Next weekend, Major League Baseball will pay homage to little league baseball with a “Players Weekend.” As part of the weekend, players will have a chance to wear special uniforms with their nicknames on the back. Even with the relaxation of the rules, MLB is still playing it cautious with possible trademark infringement issues.
Philly.com reported that at least two Philadelphia Phillies were denied their preferred nicknames because of intellectual property concerns. Phillies pitchers Zach Eflin and Hoby Milner will not be able to wear their preferred nicknames. Eflin wanted “Led Zeflin” which is a play on rock band Led Zeppelin and Milner wanted “Hoby Wan Kenobi,” based on the Star Wars character Obi-Wan Kenobi.
The Texas Rangers’ Adrian Beltre wanted to wear “Kojak” on his jersey. But will not. Notably, the Seattle Mariners closer Edwin Diaz is nicknamed Sugar after the main character in the 2008 baseball movie. His jersey will read “Sugar.” One may assume MLB believes no infringement issue here. Of course, the name of the movie and the nickname here use a common word rather than Led Zeppelin, Obi-Wan or the popular 1970s tv character, Kojak.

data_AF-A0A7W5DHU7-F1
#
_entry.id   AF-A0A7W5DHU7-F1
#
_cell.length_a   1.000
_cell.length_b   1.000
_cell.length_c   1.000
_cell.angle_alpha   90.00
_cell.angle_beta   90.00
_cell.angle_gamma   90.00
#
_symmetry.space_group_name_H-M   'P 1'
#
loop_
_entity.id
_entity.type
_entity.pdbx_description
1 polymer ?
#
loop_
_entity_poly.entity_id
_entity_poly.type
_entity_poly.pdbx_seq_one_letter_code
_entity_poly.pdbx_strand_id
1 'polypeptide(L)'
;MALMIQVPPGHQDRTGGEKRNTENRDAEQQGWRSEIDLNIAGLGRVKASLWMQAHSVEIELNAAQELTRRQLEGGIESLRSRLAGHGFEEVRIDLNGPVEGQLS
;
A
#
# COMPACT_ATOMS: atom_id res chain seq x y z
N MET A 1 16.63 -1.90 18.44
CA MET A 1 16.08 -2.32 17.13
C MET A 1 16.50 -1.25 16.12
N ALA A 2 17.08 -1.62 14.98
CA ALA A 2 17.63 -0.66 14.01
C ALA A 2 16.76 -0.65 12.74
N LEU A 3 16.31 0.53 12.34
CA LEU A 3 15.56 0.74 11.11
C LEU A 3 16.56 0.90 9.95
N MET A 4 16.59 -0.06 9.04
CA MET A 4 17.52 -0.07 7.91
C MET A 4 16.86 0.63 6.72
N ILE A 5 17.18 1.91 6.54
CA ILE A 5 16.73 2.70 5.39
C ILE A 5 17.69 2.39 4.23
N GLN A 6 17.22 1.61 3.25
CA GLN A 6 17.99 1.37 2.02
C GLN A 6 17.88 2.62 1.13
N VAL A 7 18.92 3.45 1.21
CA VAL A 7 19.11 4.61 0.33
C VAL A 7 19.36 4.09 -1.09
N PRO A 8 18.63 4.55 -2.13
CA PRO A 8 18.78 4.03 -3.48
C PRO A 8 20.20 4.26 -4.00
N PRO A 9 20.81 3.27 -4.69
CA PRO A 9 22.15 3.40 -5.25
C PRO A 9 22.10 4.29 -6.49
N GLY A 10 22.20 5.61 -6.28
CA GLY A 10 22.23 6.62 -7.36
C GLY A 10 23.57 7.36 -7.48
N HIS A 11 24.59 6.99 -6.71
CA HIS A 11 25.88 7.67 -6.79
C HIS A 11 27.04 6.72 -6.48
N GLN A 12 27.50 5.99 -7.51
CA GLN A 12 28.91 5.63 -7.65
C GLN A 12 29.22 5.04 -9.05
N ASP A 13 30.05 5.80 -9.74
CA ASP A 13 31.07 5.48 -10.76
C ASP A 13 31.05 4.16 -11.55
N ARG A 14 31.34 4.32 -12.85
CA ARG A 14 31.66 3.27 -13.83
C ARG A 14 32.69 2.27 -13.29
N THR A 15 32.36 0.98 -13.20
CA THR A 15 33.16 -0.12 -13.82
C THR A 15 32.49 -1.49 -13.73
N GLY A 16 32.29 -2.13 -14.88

The denials were due to concerns over trademark infringement issues with the holders of the mark. Certainly, the apprehension with these nicknames had to do with concerns over whether the mark holders would put up a fight.
A reason for this weekend is to create another avenue for merchandise sales. Jerseys with these nicknames go for $200 each while t-shirts go for $30 each. Despite the lofty prices for the jerseys, fans will purchase some of these jerseys due to the uniqueness of the jersey. It creates another asset for the team to market. It’s a reason why NBA teams have extended the number of jerseys it has in its seasonal rotation.
While some attorneys claim that putting nicknames on the jerseys would not be infringement, there is an argument that there is licensing revenue that the markholders would be losing out on. From a practical standpoint, MLB did not want to bog itself down in a trademark fight on jerseys it would wear for only one weekend.